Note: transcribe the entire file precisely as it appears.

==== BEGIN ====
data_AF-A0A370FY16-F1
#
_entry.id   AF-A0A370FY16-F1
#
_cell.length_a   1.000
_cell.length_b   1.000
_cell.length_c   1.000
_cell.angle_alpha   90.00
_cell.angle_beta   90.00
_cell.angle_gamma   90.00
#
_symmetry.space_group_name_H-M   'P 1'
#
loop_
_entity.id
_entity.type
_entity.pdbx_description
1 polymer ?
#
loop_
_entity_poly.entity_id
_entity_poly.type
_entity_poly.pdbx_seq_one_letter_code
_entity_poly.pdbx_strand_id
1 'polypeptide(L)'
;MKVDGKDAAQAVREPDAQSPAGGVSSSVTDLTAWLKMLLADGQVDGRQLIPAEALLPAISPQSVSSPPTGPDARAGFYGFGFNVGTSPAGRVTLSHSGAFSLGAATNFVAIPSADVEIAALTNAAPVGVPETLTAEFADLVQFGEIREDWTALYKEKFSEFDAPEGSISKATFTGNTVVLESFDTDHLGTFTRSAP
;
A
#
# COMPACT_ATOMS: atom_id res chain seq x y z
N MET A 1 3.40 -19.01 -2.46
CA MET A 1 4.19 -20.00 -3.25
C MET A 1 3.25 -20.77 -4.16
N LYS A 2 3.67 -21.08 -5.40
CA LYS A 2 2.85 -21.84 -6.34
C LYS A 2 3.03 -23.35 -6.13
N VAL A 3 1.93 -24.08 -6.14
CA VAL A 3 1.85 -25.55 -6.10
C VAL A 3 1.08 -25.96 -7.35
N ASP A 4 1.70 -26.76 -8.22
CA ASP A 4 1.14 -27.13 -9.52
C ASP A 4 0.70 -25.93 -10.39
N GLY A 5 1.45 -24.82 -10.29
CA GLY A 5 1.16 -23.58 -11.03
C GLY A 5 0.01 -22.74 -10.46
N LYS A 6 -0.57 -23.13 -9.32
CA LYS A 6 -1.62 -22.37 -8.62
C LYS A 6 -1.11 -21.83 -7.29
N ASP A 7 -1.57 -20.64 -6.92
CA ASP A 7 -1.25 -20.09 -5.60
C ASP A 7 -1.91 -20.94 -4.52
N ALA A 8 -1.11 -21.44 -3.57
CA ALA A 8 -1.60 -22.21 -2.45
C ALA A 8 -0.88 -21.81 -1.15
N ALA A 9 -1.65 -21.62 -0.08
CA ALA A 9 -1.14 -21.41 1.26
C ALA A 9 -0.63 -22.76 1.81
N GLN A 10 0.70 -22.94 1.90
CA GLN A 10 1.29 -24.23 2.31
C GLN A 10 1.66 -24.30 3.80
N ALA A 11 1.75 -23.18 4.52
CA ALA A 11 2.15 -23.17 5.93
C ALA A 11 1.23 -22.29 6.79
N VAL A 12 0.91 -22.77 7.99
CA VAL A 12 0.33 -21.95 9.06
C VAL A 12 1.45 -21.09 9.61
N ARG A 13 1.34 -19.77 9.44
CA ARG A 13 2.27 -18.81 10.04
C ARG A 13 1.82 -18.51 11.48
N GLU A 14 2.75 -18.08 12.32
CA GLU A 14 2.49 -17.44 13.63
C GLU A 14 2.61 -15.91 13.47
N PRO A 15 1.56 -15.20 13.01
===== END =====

data_AF-A0A370FY16-F1
#
_entry.id   AF-A0A370FY16-F1
#
_cell.length_a   1.000
_cell.length_b   1.000
_cell.length_c   1.000
_cell.angle_alpha   90.00
_cell.angle_beta   90.00
_cell.angle_gamma   90.00
#
_symmetry.space_group_name_H-M   'P 1'
#
loop_
_entity.id
_entity.type
_entity.pdbx_description
1 polymer ?
#
loop_
_entity_poly.entity_id
_entity_poly.type
_entity_poly.pdbx_seq_one_letter_code
_entity_poly.pdbx_strand_id
1 'polypeptide(L)'
;MKVDGKDAAQAVREPDAQSPAGGVSSSVTDLTAWLKMLLADGQVDGRQLIPAEALLPAISPQSVSSPPTGPDARAGFYGFGFNVGTSPAGRVTLSHSGAFSLGAATNFVAIPSADVEIAALTNAAPVGVPETLTAEFADLVQFGEIREDWTALYKEKFSEFDAPEGSISKATFTGNTVVLESFDTDHLGTFTRSAP
;
A
#
# COMPACT_ATOMS: atom_id res chain seq x y z
N MET A 1 3.40 -19.01 -2.46
CA MET A 1 4.19 -20.00 -3.25
C MET A 1 3.25 -20.77 -4.16
N LYS A 2 3.67 -21.08 -5.40
CA LYS A 2 2.85 -21.84 -6.34
C LYS A 2 3.03 -23.35 -6.13
N VAL A 3 1.93 -24.08 -6.14
CA VAL A 3 1.85 -25.55 -6.10
C VAL A 3 1.08 -25.96 -7.35
N ASP A 4 1.70 -26.76 -8.22
CA ASP A 4 1.14 -27.13 -9.52
C ASP A 4 0.70 -25.93 -10.39
N GLY A 5 1.45 -24.82 -10.29
CA GLY A 5 1.16 -23.58 -11.03
C GLY A 5 0.01 -22.74 -10.46
N LYS A 6 -0.57 -23.13 -9.32
CA LYS A 6 -1.62 -22.37 -8.62
C LYS A 6 -1.11 -21.83 -7.29
N ASP A 7 -1.57 -20.64 -6.92
CA ASP A 7 -1.25 -20.09 -5.60
C ASP A 7 -1.91 -20.94 -4.52
N ALA A 8 -1.11 -21.44 -3.57
CA ALA A 8 -1.60 -22.21 -2.45
C ALA A 8 -0.88 -21.81 -1.15
N ALA A 9 -1.65 -21.62 -0.08
CA ALA A 9 -1.14 -21.41 1.26
C ALA A 9 -0.63 -22.76 1.81
N GLN A 10 0.70 -22.94 1.90
CA GLN A 10 1.29 -24.23 2.31
C GLN A 10 1.66 -24.30 3.80
N ALA A 11 1.75 -23.18 4.52
CA ALA A 11 2.15 -23.17 5.93
C ALA A 11 1.23 -22.29 6.79
N VAL A 12 0.91 -22.77 7.99
CA VAL A 12 0.33 -21.95 9.06
C VAL A 12 1.45 -21.09 9.61
N ARG A 13 1.34 -19.77 9.44
CA ARG A 13 2.27 -18.81 10.04
C ARG A 13 1.82 -18.51 11.48
N GLU A 14 2.75 -18.08 12.32
CA GLU A 14 2.49 -17.44 13.63
C GLU A 14 2.61 -15.91 13.47
N PRO A 15 1.56 -15.20 13.01